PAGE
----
Yes I have but unfortunately this would be even worse than using say LinkedList because my write operations are so frequent I'd forever be taking copies of the list. If writes were infrequent I'd definitely take this approach (so have an upvote :-)). –  Adamski Jul 7 '11 at 12:00
    
Oh I see. Good decision on your part then :) I talked to Doug about why the compare method throws an UnsupportedOperationException and it is because a sort would be ungodly slow. –  John Vint Jul 7 '11 at 13:23

It looks like you want to implement a singly-linked list here, which can then be shared by different wrapper objects. Do you ever want to remove elements, or do you only append new ones?

If there is only adding and no removal, I suppose a simpler variant of CopyOnWriteArrayList, which only makes the copy whenever the old array is full, could do. The sublist() methods then would simply create a new wrapper object.

/**
 * A list which only supports appending objects.
 */
public class OnlyAppendingList<E> extends AbstractList<E> {

    private Object[] data;
    private int len;

    public int size() {
        return this.len;
    }

    public E get(int index) {
        if(index >= this.len)
           throw new IndexOutOfBoundsException(index + " >= " + this.len);
        @SuppressWarnings("unchecked")
        E res = this.data[index];
        return res;
    }

    public boolean add(E element) {
        if(len == data.length) {
             this.resize();
        }
        this.data[this.len] = element;
        this.len++;
        return true;
    }

    private void resize() {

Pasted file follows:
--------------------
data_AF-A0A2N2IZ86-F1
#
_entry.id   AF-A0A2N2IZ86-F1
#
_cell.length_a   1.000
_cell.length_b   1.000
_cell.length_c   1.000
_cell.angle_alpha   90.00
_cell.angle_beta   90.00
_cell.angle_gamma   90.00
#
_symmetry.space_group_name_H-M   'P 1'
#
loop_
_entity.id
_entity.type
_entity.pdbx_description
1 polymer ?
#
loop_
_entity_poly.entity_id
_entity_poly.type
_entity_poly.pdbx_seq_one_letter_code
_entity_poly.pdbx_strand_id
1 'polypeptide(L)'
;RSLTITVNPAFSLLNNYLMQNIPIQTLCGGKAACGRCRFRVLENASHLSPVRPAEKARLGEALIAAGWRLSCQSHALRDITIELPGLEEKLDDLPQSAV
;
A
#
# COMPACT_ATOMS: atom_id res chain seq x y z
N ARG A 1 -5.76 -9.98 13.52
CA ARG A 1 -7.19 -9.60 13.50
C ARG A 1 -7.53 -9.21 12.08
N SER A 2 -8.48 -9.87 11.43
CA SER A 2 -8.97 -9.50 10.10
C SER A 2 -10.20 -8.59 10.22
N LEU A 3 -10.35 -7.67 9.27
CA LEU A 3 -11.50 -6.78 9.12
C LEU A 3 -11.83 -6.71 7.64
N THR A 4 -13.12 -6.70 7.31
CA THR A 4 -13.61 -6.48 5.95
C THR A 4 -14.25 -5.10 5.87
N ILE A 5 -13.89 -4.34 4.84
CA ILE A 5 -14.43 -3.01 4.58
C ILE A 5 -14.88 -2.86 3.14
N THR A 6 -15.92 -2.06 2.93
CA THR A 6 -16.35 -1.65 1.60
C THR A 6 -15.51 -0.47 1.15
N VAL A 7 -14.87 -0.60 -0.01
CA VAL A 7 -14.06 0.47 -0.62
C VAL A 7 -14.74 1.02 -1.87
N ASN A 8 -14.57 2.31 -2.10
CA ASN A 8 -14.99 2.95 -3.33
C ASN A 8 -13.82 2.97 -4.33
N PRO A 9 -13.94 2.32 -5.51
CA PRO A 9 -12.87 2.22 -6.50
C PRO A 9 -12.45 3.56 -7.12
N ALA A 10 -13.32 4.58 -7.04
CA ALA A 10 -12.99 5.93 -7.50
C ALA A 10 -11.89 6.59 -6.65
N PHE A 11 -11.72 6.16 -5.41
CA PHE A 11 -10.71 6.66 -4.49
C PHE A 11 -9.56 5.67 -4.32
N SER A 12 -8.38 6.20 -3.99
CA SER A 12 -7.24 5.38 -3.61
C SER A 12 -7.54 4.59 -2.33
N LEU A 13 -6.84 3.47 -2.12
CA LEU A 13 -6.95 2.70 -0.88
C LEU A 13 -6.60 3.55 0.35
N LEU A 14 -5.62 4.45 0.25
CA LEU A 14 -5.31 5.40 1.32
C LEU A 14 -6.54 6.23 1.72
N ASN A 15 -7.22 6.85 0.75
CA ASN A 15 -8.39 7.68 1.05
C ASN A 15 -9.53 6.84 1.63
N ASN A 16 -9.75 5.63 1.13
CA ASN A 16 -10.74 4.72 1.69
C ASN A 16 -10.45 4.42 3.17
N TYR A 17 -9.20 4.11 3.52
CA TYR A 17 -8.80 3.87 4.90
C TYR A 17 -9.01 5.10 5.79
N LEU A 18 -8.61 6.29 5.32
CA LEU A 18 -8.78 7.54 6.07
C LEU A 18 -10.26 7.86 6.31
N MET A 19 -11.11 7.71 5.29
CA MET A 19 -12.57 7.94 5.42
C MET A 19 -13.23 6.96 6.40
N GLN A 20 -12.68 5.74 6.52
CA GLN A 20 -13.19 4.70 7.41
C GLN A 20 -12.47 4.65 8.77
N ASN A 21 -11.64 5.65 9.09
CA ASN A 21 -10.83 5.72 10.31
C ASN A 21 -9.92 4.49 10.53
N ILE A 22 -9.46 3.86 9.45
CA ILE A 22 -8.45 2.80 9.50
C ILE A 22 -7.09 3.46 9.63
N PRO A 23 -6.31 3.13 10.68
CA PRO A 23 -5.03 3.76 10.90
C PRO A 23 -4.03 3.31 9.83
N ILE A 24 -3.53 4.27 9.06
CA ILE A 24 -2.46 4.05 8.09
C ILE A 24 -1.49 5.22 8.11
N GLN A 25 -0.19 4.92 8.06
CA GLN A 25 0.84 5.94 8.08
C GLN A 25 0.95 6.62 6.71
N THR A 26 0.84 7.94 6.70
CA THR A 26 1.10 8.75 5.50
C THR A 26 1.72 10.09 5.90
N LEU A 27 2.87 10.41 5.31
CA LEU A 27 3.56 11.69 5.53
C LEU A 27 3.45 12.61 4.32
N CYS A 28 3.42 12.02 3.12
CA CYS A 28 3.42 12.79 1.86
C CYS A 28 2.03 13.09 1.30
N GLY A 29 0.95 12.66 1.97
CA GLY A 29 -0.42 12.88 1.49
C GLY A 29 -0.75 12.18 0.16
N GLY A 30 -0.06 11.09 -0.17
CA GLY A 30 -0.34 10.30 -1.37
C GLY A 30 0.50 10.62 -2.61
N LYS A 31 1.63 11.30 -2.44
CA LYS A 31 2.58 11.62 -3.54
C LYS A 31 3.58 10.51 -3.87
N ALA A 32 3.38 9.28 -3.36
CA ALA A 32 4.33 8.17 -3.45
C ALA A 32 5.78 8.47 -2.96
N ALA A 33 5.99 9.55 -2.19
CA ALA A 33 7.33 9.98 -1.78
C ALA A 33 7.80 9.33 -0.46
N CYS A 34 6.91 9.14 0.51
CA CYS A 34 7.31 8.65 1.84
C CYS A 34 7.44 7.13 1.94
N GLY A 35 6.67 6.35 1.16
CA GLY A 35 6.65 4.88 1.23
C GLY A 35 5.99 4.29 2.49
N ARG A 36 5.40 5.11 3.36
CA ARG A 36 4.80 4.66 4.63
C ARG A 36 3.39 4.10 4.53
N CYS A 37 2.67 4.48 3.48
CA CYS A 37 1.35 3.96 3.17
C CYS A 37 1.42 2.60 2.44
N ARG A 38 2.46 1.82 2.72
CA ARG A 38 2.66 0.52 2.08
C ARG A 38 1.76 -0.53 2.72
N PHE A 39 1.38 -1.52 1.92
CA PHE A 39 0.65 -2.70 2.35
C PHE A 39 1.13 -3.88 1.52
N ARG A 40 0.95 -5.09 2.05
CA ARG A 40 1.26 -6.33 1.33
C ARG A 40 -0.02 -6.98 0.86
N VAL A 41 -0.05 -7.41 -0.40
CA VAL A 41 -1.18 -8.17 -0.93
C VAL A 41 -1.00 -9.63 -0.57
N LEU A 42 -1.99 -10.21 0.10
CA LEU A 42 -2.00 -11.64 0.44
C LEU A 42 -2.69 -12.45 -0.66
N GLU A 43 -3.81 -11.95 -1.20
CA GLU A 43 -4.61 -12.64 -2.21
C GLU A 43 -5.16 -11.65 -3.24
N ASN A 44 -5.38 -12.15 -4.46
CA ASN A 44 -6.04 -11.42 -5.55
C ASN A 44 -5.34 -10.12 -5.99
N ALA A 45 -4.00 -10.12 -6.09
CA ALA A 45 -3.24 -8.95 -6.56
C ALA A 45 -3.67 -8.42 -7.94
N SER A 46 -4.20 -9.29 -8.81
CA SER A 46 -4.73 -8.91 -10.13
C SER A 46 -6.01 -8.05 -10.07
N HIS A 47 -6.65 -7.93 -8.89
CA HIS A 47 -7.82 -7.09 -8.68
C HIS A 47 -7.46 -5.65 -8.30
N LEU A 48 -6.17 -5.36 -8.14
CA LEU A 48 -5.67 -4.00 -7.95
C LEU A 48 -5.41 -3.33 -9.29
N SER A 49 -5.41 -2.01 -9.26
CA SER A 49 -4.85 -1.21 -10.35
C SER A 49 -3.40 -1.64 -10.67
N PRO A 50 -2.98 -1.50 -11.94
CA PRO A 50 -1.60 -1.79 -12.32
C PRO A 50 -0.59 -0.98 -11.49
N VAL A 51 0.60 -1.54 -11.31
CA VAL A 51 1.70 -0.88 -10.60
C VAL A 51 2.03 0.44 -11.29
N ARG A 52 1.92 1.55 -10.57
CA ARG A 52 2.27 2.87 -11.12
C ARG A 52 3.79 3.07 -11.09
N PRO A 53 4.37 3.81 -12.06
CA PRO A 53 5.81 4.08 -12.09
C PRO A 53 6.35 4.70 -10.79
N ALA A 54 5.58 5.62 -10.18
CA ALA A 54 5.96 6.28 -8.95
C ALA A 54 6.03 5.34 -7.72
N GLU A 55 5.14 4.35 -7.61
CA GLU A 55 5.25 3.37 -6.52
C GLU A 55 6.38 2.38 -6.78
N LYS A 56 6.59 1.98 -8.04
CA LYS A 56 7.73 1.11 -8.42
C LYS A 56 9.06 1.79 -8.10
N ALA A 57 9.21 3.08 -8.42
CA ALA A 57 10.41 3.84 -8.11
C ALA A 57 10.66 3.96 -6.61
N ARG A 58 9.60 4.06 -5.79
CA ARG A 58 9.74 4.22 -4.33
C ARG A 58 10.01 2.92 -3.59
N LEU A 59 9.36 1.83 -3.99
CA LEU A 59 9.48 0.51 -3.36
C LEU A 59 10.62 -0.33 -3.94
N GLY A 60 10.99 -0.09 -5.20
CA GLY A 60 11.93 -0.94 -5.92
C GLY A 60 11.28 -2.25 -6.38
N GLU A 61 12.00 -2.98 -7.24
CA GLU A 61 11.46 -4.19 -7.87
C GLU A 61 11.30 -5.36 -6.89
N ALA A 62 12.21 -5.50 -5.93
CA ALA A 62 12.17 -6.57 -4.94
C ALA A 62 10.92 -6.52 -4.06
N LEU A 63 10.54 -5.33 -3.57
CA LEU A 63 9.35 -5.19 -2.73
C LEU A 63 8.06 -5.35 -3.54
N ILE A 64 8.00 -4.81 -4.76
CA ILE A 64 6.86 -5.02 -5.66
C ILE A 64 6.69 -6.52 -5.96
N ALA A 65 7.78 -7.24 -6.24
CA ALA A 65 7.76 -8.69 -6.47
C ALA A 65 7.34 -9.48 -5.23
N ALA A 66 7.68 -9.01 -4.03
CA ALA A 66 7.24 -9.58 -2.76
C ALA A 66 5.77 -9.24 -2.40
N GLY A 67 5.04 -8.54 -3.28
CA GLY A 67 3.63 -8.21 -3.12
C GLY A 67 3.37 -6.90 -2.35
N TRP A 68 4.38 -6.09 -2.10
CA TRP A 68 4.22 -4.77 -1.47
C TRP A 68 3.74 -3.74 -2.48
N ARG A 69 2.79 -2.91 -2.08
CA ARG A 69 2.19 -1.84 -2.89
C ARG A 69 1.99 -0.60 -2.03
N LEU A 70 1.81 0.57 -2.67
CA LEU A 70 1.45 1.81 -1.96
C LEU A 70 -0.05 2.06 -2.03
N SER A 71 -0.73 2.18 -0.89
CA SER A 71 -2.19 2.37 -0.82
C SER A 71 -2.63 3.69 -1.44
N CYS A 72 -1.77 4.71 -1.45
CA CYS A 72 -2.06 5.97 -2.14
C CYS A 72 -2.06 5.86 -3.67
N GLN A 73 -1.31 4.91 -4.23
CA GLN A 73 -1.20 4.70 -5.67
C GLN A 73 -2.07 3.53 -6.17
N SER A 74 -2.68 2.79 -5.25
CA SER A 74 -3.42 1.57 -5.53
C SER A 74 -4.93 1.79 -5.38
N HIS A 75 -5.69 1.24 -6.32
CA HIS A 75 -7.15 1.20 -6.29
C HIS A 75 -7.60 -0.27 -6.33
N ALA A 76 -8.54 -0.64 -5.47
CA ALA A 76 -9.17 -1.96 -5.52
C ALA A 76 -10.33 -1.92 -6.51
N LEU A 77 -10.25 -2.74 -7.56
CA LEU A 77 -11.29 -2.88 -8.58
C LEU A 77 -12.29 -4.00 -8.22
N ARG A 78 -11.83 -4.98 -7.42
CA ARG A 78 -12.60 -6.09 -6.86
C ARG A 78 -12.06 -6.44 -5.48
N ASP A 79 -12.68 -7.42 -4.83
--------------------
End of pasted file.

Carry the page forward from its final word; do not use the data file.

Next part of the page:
this.data = Arrays.copyOf(data, data.length * 2 +2);
    }

    public void add(int index, E element) {
       if(index > this.len) {
          throw new IndexOutOfBoundsException(index + " > " + len);
       }
       if(index < this.len) {
           throw new UnsupportedOperationException("we only support appending, not insertion!");
       }
       this.add(element);
    }


    /**
     * Returns an immutable sublist of this list.
     */
    public List<E> subList(final int fromIndex, final int toIndex) {
        // TODO: bounds checks
        return new SubList<E>(this.data, fromIndex, fromIndex - toIndex);
    }

    private static class SubList<E> extends AbstractList<E> {
        private Object[] data;
        private int start;
        private int len;

        SubList(Object[] data, int start, int len) {
            this.data = data; this.start = start; this.len = len;
        }

        public int size() {
            return this.len;
        }

        public E get(int index) {
            if(index >= this.len)
               throw new IndexOutOfBoundsException(index + " >= " + this.len);
            if(index < 0)
               throw new IndexOutOfBoundsException(index + " < 0");

            @SuppressWarnings("unchecked")
            E res = this.data[index + start];
            return res;
        }
        public List<E> subList(int from, int to) {
            // TODO: bounds check
            return new SubList(data, start + from, to - from);
        }
    }
}

If this is modified by multiple threads, you should make the add method synchronized and the len variable volatile, I think. (I did not completely check that it then is threadsafe.)

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Guava uses a Builder Pattern to modify an ImmutableList.

Create an ImmutableList.Builder() and initialize it with your existing ImmutableList. Modify the list through the Builder interface. Then call .build() to get a new ImmutableList.

Under the hood, Guava tries to reuse the immutable elements from the original list in the new list. (They're immutable, after all, so this is safe.) This helps avoid unnecessary copying.

You can read more at the Guava site: http://code.google.com/p/guava-libraries/wiki/ImmutableCollectionsExplained